I was used to all sorts of systems and comforts that were not available to me as someone responding to a potential accident scene on a mountainside.

But I quickly learned that through the training program to prepare myself and other candidates for joining the Ski Patrol, that despite the uncertainty of working in that setting, there were clear systems in place. There were protocols and training to promote safety, efficiency, and excellence despite the challenges and limitations one faces when responding to a scene on the ski hill.

I never expected that while on the Ski Patrol, I would come to realize that I had never felt more safe in a care setting than I did working with my fellow patrollers.

Because the number one priority in any scene was the safety of the Patrollers. And we all made sure, every moment, that we were keeping ourselves and one another safe.

It may sound counterintuitive at first, but it is truly essential for the safety of everyone involved. A Ski Patroller engaging in an unsafe scene in an unsafe way creates a problem of potentially two injured people or worse. Now two toboggans need to be taken down the hill potentially, and twice as many patrollers are needed to deal with the scene. How many volunteer patrollers does your hill even have? If you are hurt, how will you deal with this scene and the rest of the mountain you are there to cover? You can’t help someone if you sacrifice yourself. This is of course leaving out how much value you have to everyone and everything in your life off of the ski hill, as well. The life that is waiting for you after your shift.

Once you respect this truth and accept the incredible value that you have as a member of the team and as a person, you recognize in a different way your responsibility to yourself, your team, and the people you are there to serve. You have to take care of yourself. You have to speak up when you need something. You have to hold back if it means staying well or alive so that you can be there to do your job the first moment you can safely step in.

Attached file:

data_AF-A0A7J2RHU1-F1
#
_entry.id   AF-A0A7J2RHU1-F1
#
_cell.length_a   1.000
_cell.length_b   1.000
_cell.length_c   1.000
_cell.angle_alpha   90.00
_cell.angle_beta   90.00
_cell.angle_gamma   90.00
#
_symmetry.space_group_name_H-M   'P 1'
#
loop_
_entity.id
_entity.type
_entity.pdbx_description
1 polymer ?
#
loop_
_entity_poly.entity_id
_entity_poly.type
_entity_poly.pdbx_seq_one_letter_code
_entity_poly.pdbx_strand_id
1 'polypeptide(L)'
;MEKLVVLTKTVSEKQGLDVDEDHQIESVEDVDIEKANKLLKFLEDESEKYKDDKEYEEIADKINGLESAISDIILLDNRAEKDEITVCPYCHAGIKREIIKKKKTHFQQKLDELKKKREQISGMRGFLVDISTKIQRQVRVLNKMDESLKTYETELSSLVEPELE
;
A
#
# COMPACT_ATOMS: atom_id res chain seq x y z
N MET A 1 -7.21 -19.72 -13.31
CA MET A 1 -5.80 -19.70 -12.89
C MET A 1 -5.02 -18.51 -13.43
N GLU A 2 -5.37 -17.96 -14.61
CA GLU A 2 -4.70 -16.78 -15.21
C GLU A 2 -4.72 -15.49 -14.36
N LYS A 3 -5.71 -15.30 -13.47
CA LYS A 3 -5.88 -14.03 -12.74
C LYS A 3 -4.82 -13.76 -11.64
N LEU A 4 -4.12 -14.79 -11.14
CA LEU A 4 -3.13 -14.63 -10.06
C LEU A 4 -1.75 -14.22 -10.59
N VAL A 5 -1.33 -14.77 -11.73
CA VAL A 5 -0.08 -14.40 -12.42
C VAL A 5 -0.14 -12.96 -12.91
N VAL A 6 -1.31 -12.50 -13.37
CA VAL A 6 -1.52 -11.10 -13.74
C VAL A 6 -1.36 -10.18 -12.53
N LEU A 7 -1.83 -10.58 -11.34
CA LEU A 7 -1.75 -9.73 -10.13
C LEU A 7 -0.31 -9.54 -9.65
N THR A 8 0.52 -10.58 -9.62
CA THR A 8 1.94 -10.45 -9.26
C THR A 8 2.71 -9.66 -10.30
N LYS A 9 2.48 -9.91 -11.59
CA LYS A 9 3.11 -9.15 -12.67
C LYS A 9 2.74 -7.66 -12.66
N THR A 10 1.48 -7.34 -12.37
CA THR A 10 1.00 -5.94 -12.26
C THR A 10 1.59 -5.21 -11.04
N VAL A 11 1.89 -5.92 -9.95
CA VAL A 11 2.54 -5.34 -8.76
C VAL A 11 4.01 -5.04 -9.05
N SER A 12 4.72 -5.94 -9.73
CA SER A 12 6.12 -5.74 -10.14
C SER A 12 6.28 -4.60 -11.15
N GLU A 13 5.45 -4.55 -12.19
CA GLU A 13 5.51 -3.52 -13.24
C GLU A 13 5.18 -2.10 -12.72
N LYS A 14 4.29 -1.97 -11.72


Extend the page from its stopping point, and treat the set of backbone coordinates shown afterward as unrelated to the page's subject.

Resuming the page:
Unlike what often happens in medicine, when you are urged to take on the extra shift even after you have done ten in a row and are emotionally and physically spent with a family needing you at home. When you were expected to show up even when it jeopardized your own health. When you were consistently pushed past what most would consider the breaking point and asked for more. And you did it because you really love what you do, you really care about your patients and their lives, and you really want to make a difference.

But as they say, you can’t fill from an empty cup. You can’t fight the good fight if you’re knocked out. You have to take care of yourself to take care of others.

The Ski Patrol was the place where I learned that the first step in helping is to ensure the helpers’ safety. I will carry that lesson with me and regift it to as many people as I can, always.

Shafer Stedronova is a physician and life coach.